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Oldest Case of Scurvy in the World Discovered in Aswan

A case of scurvy (3)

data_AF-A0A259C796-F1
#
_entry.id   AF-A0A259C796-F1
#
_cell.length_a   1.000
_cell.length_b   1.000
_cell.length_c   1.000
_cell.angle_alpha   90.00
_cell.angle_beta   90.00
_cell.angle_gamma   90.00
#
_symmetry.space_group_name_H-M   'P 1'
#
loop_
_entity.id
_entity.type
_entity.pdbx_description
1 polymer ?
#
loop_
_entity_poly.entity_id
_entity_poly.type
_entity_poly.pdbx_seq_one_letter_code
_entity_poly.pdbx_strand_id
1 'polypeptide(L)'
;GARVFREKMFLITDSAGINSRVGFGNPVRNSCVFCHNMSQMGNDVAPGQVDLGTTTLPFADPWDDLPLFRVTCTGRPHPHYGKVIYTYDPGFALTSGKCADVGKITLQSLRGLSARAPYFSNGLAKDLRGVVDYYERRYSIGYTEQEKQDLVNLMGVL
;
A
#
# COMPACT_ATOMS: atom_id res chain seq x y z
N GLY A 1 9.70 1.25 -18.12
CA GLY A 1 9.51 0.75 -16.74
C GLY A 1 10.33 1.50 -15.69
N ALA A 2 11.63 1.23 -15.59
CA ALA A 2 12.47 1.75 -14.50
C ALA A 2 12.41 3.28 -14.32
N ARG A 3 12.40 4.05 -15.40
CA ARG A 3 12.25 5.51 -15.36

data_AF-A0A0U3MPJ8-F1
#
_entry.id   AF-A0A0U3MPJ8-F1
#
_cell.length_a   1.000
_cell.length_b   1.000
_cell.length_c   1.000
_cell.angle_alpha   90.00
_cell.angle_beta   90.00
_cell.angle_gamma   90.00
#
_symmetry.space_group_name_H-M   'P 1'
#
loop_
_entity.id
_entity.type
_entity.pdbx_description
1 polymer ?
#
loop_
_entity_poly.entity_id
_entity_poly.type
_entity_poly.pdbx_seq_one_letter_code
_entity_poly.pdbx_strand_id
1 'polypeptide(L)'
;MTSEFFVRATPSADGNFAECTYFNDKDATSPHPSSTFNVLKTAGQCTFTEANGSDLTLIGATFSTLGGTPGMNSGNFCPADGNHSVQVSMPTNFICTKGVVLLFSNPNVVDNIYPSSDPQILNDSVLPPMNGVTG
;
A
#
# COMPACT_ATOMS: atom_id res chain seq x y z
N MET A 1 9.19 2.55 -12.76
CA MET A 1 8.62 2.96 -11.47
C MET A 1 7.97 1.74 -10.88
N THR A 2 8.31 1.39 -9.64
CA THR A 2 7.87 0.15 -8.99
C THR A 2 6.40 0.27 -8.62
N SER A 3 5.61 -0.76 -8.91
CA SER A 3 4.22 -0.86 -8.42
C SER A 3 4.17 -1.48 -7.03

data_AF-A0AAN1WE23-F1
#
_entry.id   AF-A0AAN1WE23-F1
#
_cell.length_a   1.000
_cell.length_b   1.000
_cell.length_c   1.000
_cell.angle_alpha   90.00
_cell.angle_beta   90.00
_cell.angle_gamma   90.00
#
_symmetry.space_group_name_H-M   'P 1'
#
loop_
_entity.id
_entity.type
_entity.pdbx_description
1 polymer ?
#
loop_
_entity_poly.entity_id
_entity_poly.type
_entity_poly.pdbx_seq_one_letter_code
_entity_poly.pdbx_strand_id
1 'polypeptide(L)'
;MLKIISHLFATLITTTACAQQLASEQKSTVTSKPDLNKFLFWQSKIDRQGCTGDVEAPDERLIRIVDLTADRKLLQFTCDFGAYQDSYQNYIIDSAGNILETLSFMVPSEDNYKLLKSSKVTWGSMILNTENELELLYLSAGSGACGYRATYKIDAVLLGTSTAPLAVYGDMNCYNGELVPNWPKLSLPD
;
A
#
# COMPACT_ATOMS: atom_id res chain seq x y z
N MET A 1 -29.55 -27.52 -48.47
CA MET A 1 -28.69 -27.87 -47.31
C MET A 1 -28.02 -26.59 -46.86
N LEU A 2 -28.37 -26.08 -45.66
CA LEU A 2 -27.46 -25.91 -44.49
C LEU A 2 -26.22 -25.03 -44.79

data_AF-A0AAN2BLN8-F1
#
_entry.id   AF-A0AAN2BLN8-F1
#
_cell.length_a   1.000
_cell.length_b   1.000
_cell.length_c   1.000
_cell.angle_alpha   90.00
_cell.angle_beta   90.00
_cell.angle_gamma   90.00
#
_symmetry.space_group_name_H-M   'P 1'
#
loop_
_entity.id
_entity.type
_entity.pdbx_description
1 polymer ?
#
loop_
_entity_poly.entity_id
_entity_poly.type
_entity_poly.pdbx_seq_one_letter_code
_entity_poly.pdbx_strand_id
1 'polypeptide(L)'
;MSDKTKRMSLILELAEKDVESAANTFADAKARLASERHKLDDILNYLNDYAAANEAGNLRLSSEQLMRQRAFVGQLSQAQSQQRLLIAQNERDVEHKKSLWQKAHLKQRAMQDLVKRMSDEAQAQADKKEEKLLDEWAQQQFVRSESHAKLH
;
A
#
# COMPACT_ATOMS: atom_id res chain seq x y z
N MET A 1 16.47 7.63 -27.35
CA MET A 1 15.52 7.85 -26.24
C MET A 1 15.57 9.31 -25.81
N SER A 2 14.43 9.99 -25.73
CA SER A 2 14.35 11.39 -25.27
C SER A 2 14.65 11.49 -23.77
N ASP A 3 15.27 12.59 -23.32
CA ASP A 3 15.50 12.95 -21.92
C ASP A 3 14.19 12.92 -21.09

<![CDATA[The skeletal remains of a child that bear the telltale signs of scurvy have been discovered in Egypt in the southern city of Aswan. The skeleton itself, which has been dated to anywhere between 3,800 to 3,600 BCE, was found in the pre-dynastic Nag Al-Qarmila dig site by a joint international effort between the Aswan Kom Ombo Archaeological Project (AKAP), Bologna University in Italy, and Yale University. Mamdouh Eldamaty, Egyptian Minister of Antiquities, announced in a press release that the remains of the child, who died at about one year of age, have changes in the shape of the skeletal structure – one of the clearest signs of the vitamin C deficiency that causes scurvy. The main reason for disease in the child has yet to be revealed, according to University of Alberta physical anthropologist Mindy Pitre. However, scurvy can arise from a combination of cultural behavior and unhealthy food; for now, the child skeleton will be subjected to additional scientific study to glean as much information as possible. AKAP has been at work investigating the area stretching between Aswan - the modern city that has built up around the ancient one known as Swenett - and the Kom Ombo region. The project has sought since 2005 to preserve and document ancient archaeological finds in the area in a race against time and the slow but inexorable encroachment of modern humanity. AKAP archaeologists and research scientists from partnering academic institutions have been adopting advanced three-dimensional imaging technologies in order to build detailed records of rock art left behind thousands of years ago in its natural environmental setting. It's part of an effort to quickly, efficiently, and cost-effectively build data profiles on the region before the rock art and other archaeological finds are destroyed or compromised. The Aswan region has always played a pivotal role in Egyptian culture, trade and commerce. As the Nile flows from the South to the North, Swenett (and later Aswan) is considered to have been the first major settlement within ancient Egypt, serving as the gateway to the rest of the country. The stone quarries located in and near Aswan were used extensively for the construction of nearly all the massive obelisks, shrines and other monuments constructed within Egypt, such as the pyramids. The ancient city of Aswan is also noteworthy as being instrumental in some of the first attempts to use mathematics to compute the circumference of the Earth. With the city situated in close proximity to the Tropic of Cancer (which passes through Lake Nasser directly to its south), early geographers noted that the shadow cast by the sun on the summer solstice was nearly nonexistent in Aswan. However, in the city of Alexandria – a three-week journey north up the Nile – the length of the shadow on the solstice differed. This discrepancy aided the Greek scholar Eratosthenes in calculating the circumference in the 3rd century BCE.]]>

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